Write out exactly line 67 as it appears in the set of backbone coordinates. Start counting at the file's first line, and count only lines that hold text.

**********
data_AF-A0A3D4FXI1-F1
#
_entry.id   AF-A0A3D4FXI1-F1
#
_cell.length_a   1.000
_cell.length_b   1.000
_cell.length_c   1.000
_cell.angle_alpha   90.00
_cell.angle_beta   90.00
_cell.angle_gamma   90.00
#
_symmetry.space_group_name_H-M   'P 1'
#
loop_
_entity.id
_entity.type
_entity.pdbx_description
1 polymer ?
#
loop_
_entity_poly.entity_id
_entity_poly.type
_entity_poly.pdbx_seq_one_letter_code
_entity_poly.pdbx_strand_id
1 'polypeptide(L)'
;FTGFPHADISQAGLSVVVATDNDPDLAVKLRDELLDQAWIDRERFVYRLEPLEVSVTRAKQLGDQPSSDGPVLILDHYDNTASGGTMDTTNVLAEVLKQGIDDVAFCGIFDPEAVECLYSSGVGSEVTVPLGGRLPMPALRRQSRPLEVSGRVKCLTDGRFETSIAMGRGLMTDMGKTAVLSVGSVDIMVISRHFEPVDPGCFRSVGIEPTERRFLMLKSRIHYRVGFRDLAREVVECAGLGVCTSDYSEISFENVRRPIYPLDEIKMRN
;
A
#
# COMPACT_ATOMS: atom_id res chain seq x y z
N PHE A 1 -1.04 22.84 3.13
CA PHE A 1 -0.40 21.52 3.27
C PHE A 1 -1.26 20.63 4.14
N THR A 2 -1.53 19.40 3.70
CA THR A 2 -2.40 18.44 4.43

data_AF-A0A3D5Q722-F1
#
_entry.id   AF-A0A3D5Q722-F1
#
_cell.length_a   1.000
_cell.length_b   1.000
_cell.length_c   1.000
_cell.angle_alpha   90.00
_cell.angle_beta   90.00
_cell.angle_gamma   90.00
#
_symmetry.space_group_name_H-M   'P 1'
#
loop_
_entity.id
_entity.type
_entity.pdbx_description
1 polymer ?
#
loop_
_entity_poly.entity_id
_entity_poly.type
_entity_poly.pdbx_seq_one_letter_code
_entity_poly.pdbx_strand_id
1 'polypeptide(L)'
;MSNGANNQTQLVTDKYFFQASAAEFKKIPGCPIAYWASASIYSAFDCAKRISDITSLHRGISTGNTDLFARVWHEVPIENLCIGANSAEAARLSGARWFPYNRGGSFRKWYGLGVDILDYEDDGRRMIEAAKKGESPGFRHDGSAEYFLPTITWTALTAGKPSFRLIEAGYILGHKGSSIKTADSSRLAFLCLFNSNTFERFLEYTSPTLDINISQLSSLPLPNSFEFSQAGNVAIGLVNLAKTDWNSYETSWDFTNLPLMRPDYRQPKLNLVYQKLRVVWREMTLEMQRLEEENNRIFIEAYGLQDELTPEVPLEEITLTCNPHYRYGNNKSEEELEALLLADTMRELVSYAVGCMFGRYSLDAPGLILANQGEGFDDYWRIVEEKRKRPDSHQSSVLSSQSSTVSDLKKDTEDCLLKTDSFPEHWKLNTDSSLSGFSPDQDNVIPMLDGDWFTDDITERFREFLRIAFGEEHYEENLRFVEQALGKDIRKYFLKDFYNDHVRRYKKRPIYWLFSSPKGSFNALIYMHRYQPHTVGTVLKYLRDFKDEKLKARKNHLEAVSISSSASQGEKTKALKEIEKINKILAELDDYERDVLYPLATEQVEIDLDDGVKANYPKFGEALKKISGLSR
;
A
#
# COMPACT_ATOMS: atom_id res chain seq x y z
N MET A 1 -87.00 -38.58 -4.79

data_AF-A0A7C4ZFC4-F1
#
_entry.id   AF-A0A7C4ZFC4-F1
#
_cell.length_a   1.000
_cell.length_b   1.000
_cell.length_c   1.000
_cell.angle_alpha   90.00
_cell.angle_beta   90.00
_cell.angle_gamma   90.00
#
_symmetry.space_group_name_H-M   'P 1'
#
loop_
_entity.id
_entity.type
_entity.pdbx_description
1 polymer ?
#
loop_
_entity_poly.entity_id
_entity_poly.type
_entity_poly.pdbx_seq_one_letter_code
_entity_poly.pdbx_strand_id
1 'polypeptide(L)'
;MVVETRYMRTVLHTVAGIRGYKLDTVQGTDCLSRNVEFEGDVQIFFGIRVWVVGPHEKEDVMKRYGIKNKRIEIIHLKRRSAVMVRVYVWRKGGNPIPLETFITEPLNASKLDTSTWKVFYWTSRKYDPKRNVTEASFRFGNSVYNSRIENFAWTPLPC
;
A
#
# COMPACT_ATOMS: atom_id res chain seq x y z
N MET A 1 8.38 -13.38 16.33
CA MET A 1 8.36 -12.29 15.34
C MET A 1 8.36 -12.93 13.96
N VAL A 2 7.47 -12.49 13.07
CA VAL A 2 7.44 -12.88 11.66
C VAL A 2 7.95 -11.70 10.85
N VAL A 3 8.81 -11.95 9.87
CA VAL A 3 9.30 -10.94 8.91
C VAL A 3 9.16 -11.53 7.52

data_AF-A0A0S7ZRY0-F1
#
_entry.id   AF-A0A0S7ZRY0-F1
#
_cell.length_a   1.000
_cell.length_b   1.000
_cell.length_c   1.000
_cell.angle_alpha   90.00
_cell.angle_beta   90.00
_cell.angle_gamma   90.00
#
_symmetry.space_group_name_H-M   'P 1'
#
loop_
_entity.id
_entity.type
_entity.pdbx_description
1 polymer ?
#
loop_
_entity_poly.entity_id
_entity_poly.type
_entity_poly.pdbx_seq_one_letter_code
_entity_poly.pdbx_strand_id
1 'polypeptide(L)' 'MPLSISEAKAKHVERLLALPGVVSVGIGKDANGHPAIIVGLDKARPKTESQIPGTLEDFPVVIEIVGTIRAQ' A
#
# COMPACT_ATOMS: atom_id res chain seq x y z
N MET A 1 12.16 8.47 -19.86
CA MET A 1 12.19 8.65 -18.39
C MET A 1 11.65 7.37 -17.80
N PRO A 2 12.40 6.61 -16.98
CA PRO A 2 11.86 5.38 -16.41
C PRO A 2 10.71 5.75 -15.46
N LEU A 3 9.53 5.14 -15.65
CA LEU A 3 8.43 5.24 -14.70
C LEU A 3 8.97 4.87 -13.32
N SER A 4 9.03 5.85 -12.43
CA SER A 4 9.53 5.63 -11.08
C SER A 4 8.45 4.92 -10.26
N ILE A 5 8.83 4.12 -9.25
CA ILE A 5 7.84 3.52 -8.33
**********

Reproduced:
data_AF-A0A7C4ZFC4-F1